A decent sewer system is one of the most important infrastructure elements of a city without which civilised, healthy living and protection from flooding is just not possible.
Modern populations demand flushing toilets, regular showers, washing machines and pleasant, well-watered gardens and parks. Not all of these functions require water that is treated to drinking standards, transported into the city, then collected and transported back out of the city as wastewater. For some major water uses, treated wastewater effluent can be re-used, reducing the overall water requirement by about 30 per cent.
In areas where water resources are scarce, water use needs to be optimised, but the possibilities for achieving greater efficiency with centralised systems are limited by costs. The solution is decentralise networks and reuse water at a local level. ‘Waste’ water needs to be seen as a resource instead of an environmental problem. With wastewater treated at a community level the effluent can be piped back short distances to the ‘source’ buildings for toilet flushing, while a part can be stored and used for irrigating green areas.
The organic components of wastewater are also a potentially useful resource, as they degrade they can release biogas as an energy source and residuals can be incinerated to release energy. These biosolids can also be a source of phosphorous and nitrogen which, if suitably processed, can be a useful soil fertiliser and conditioner.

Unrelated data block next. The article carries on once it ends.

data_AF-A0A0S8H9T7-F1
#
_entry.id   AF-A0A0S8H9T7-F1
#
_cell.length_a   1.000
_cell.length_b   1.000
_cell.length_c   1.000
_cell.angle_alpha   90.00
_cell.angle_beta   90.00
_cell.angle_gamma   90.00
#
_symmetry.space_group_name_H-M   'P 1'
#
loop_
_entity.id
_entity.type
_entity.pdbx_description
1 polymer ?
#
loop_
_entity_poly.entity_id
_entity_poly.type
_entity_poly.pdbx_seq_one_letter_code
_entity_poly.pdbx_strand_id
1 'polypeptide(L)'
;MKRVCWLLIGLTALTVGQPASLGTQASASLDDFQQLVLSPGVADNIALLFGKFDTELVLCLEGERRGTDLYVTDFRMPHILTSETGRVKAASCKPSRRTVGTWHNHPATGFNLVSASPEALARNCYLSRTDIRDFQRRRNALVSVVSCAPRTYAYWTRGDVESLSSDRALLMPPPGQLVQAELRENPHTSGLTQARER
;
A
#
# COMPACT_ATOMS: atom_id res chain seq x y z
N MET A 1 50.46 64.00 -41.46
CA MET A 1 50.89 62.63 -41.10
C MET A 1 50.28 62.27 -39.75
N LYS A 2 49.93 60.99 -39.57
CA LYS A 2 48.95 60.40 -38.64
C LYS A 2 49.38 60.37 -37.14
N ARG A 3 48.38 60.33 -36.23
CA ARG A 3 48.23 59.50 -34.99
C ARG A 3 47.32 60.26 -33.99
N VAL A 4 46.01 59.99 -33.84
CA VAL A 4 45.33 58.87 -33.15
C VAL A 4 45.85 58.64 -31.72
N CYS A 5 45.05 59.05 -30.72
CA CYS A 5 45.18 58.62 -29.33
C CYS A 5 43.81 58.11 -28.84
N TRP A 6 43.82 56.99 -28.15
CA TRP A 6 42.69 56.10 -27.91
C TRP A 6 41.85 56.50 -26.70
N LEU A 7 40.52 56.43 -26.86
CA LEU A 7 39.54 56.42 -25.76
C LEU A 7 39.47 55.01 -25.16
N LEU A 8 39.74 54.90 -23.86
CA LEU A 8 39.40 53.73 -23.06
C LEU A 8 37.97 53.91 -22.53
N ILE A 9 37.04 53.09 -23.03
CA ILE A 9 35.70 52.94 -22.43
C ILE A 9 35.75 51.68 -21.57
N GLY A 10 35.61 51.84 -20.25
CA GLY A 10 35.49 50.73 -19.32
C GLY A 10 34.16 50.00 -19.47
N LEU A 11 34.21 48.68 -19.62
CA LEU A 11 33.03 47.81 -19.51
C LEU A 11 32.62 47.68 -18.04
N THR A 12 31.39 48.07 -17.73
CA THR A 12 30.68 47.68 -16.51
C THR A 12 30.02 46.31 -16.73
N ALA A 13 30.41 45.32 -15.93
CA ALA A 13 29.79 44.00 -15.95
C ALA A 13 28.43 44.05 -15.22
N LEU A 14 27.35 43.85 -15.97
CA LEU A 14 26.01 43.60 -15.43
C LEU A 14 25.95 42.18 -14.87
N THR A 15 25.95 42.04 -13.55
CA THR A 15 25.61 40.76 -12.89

Such decentralised wastewater treatment and reuse requires additional infrastructure and operational expenditure at the level of the local community but there are wider savings from reduced infrastructure loading on the city-wide water supply and wastewater collection and treatment systems. These regional savings can help to offset some of the additional local costs.
Recent advances from Europe that could be applied in China to minimise risks of flooding and pollution from overflow spills to rivers. These highly efficient solutions start with the use of computer models to analyse and optimise investments in the drainage network. Real-time controls can actively operate gates and storage tanks in response to weather conditions by feeding rainfall radar data to the model and predicting the best configuration of the system to respond to the conditions and maximise capacity.
The capacity and reliability of existing sewers can also be increased by regular flushing to remove sediments and blockages. This is normally an inconvenient and unpleasant task, but with the installation of automatic tipping gates in the sewers a portion of the flow can be held back and then released in one go to send out a regular wave to clear the system. This is particularly relevant in China where the design codes for sewers allow for relatively shallow gradients.
Another major change in Europe in recent years has been the application of sustainable urban drainage systems (SUDS). These work on the principle of source control, reducing the speed and amount of water flowing into the sewers and so attenuating the flood peaks. Instead of using impermeable hard concrete and tarmac for car parks and squares, permeable paving, green roofs and soakaways, and green-grassed channels leading to urban ponds and wetlands can be employed to allow water to seep back into the soil. Together these advanced water and drainage management solutions can be used to build more efficient, more aesthetically pleasing and more sustainable cities to live in.
By Simon Spooner
Simon Spooner is the Technical Director at Atkins Water & Environment and Chair of the European Chamber’s Beijing Water Working Group.